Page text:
It can be very uncomfortable for us to see someone else in profound pain, and we naturally want to help them out of it. It is critically important to understand that we can’t take away someone else’s pain, and they need to be allowed to grieve. For however long that takes. So being patient in your understanding is a virtue. Don’t expect them to “let it go” on your timetable or because of your discomfort with their pain.

Best Not to Say

Best not to tell someone you “know how they feel.” You don’t, not really. You may think you do, and especially if you have also lost someone dear to you, you may be utterly convinced you do, but you don’t ever truly know what someone else is feeling. And in any case, they will never believe you. It’s important to offer sympathetic understanding, and you can say you imagine how hard it must be, but preempting someone’s grief does not help. Best not to tell them to “hold on.” “deal with it,” “move on,” “get over it,” “be brave.” Best not to talk about your own losses. “I remember when I lost my…” is not what the grieving person wants to listen to.

Be a Good Listener

In fact, more often than not, they don’t want to listen at all, they want to be listened to, so one of the most supportive functions anyone can offer is to be a good listener. Do your best to contain your own squeamishness if they want to talk about their loss and how awful or how angry they feel. It is a mistake to assume they don’t want to. However, try to be attuned to what they do and don’t want to express, and don’t push them into talking about what they’re not ready (if they ever are) to reveal. But give tacit permission by showing that it’s safe for them to say whatever they want to, or just cry.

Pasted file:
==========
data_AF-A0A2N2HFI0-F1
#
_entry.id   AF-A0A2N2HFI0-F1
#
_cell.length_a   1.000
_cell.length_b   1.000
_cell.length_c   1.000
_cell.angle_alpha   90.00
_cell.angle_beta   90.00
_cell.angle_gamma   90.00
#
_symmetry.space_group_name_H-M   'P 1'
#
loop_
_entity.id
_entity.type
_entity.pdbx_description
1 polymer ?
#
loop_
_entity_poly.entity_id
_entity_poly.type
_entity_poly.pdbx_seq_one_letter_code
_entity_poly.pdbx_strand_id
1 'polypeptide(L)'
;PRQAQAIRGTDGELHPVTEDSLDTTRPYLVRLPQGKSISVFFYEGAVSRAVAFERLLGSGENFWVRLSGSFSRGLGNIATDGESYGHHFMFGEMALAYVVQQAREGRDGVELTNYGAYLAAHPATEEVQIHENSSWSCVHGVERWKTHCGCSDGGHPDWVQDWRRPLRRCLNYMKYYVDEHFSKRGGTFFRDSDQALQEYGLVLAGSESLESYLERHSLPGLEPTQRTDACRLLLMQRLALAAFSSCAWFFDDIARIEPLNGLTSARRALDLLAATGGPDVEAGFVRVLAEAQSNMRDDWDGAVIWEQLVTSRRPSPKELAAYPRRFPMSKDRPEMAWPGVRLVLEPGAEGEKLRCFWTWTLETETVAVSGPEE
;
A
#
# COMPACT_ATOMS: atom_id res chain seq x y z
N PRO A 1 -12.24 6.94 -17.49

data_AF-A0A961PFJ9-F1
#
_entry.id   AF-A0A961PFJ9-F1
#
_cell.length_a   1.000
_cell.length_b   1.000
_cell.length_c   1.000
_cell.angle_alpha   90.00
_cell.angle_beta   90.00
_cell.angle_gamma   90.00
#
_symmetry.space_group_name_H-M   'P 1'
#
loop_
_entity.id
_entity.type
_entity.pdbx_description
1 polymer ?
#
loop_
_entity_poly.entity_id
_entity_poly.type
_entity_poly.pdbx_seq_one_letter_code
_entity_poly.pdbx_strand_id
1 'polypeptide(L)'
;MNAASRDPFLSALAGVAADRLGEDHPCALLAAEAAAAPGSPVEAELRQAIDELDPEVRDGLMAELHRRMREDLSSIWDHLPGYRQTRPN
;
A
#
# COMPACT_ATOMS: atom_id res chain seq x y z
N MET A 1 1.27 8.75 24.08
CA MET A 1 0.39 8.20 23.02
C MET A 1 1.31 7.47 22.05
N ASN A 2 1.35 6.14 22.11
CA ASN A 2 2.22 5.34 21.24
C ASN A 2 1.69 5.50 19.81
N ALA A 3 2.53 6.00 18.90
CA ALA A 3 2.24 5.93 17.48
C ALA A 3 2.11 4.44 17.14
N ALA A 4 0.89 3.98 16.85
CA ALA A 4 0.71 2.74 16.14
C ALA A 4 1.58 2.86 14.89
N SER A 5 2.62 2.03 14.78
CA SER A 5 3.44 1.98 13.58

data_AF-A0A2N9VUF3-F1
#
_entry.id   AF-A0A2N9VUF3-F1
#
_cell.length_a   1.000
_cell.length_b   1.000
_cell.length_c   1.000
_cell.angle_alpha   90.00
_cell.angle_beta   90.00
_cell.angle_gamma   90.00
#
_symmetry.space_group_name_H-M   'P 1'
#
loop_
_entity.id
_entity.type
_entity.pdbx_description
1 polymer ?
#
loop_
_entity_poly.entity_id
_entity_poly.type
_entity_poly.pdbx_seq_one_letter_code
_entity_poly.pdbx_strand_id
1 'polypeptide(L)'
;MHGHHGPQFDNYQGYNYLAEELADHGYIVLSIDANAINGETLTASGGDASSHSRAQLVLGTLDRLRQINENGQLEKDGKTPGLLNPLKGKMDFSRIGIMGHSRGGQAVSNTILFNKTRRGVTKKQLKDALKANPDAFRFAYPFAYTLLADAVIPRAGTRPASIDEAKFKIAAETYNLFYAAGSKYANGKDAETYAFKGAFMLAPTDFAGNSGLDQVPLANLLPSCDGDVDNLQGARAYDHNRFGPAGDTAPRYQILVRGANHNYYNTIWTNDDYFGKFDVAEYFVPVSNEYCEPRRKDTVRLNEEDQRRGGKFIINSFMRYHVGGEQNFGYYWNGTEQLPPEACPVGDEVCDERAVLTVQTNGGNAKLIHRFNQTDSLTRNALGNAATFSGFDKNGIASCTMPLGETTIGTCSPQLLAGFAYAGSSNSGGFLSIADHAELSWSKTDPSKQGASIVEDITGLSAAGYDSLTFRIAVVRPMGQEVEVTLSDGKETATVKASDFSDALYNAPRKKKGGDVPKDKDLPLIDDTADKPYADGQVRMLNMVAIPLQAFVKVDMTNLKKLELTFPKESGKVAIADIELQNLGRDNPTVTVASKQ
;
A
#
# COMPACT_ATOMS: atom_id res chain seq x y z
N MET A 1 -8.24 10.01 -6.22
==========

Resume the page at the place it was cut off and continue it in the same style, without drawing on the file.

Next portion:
Offering Help

Be available to help, not just in the immediate days after the loss, for several weeks or even months to come. Be available in a specific way. Understand that the grieving person may be overwhelmed and have difficulty picking up the phone to ask for something. So rather than say “if there’s anything I can do to help, just let me know” offer to pick up groceries, dry cleaning, movie rentals, children. And offer again, and again, so they understand they’re not burdening you by accepting. Offer your company but understand if they don’t want it. Imagine what it’s like for them the first time they go to that special restaurant, that weekend place, that favorite band or museum. Sensitivity, patience and continued support over longer than you might guess are among the most appreciated gifts a grieving person can receive.

Children & Grief

Different From Adults

Grieving children do not have the same reactions as adults. Perhaps because they are not yet mentally equipped to handle such intense feelings, or perhaps because the loss does not strike them in the same way. In any case, they often do not show their emotions as openly as adults and should not be expected or forced to. They may not be able to articulate what they’re feeling. That doesn’t mean they shouldn’t be given the opportunity to so they can better absorb their loss. Since children often act out their feelings in play, don’t be surprised to see death games and fantasies. They may not show their grief as consistently as adults, but it will pop up here and there over a longer period of time.

Inclusive Behavior & Appropriate Language

They should be allowed to go to a funeral if they want (but allowed to stay home if they’re scared), but if they do go, they should be told in advance what to expect. Questions should be answered in age-appropriate language but as directly as possible. Euphemisms for death (grandma’s gone to heaven) and terminal illness (Daddy has a tummy ache) do not help the child understand that grandma is dead and Daddy has cancer. Whenever possible use correct terminology and explain simply but within their capacity to understand exactly what has happened.